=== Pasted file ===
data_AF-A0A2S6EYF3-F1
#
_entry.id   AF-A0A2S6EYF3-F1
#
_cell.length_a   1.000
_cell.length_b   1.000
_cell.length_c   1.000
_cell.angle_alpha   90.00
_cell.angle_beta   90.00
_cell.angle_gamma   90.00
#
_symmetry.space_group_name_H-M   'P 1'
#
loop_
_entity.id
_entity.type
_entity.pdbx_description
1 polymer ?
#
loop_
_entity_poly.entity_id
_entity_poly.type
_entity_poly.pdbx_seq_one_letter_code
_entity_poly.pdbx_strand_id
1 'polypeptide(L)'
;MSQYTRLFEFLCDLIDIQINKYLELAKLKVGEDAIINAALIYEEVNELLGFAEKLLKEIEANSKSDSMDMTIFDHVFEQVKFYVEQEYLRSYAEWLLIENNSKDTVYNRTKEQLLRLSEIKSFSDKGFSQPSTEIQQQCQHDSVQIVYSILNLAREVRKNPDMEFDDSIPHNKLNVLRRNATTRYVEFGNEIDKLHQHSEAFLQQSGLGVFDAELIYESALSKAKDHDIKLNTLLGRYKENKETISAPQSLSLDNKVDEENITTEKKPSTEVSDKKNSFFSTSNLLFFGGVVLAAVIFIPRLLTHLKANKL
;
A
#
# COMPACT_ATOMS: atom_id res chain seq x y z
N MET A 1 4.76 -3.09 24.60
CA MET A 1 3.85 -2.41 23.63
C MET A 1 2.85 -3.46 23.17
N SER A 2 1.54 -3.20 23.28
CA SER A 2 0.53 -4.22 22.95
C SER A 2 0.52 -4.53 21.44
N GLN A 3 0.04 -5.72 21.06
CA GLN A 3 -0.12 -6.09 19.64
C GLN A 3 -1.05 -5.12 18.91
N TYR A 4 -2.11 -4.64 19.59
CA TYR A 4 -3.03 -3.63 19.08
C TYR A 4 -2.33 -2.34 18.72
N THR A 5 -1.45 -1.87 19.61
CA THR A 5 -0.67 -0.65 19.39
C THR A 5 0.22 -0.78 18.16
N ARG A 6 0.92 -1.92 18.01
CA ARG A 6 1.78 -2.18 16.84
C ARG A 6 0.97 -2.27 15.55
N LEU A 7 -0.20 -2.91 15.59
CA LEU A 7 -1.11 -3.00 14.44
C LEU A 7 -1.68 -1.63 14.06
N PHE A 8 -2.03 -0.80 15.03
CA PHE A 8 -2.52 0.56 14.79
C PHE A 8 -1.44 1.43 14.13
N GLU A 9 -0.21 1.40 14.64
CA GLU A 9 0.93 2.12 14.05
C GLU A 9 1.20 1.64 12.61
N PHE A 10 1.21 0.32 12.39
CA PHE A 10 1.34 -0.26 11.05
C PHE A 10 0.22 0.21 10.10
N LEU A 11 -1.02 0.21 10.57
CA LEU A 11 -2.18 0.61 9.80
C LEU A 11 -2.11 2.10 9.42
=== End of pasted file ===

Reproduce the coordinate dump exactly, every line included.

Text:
data_AF-A0A2S6EYF3-F1
#
_entry.id   AF-A0A2S6EYF3-F1
#
_cell.length_a   1.000
_cell.length_b   1.000
_cell.length_c   1.000
_cell.angle_alpha   90.00
_cell.angle_beta   90.00
_cell.angle_gamma   90.00
#
_symmetry.space_group_name_H-M   'P 1'
#
loop_
_entity.id
_entity.type
_entity.pdbx_description
1 polymer ?
#
loop_
_entity_poly.entity_id
_entity_poly.type
_entity_poly.pdbx_seq_one_letter_code
_entity_poly.pdbx_strand_id
1 'polypeptide(L)'
;MSQYTRLFEFLCDLIDIQINKYLELAKLKVGEDAIINAALIYEEVNELLGFAEKLLKEIEANSKSDSMDMTIFDHVFEQVKFYVEQEYLRSYAEWLLIENNSKDTVYNRTKEQLLRLSEIKSFSDKGFSQPSTEIQQQCQHDSVQIVYSILNLAREVRKNPDMEFDDSIPHNKLNVLRRNATTRYVEFGNEIDKLHQHSEAFLQQSGLGVFDAELIYESALSKAKDHDIKLNTLLGRYKENKETISAPQSLSLDNKVDEENITTEKKPSTEVSDKKNSFFSTSNLLFFGGVVLAAVIFIPRLLTHLKANKL
;
A
#
# COMPACT_ATOMS: atom_id res chain seq x y z
N MET A 1 4.76 -3.09 24.60
CA MET A 1 3.85 -2.41 23.63
C MET A 1 2.85 -3.46 23.17
N SER A 2 1.54 -3.20 23.28
CA SER A 2 0.53 -4.22 22.95
C SER A 2 0.52 -4.53 21.44
N GLN A 3 0.04 -5.72 21.06
CA GLN A 3 -0.12 -6.09 19.64
C GLN A 3 -1.05 -5.12 18.91
N TYR A 4 -2.11 -4.64 19.59
CA TYR A 4 -3.03 -3.63 19.08
C TYR A 4 -2.33 -2.34 18.72
N THR A 5 -1.45 -1.87 19.61
CA THR A 5 -0.67 -0.65 19.39
C THR A 5 0.22 -0.78 18.16
N ARG A 6 0.92 -1.92 18.01
CA ARG A 6 1.78 -2.18 16.84
C ARG A 6 0.97 -2.27 15.55
N LEU A 7 -0.20 -2.91 15.59
CA LEU A 7 -1.11 -3.00 14.44
C LEU A 7 -1.68 -1.63 14.06
N PHE A 8 -2.03 -0.80 15.03
CA PHE A 8 -2.52 0.56 14.79
C PHE A 8 -1.44 1.43 14.13
N GLU A 9 -0.21 1.40 14.64
CA GLU A 9 0.93 2.12 14.05
C GLU A 9 1.20 1.64 12.61
N PHE A 10 1.21 0.32 12.39
CA PHE A 10 1.34 -0.26 11.05
C PHE A 10 0.22 0.21 10.10
N LEU A 11 -1.02 0.21 10.57
CA LEU A 11 -2.18 0.61 9.80
C LEU A 11 -2.11 2.10 9.42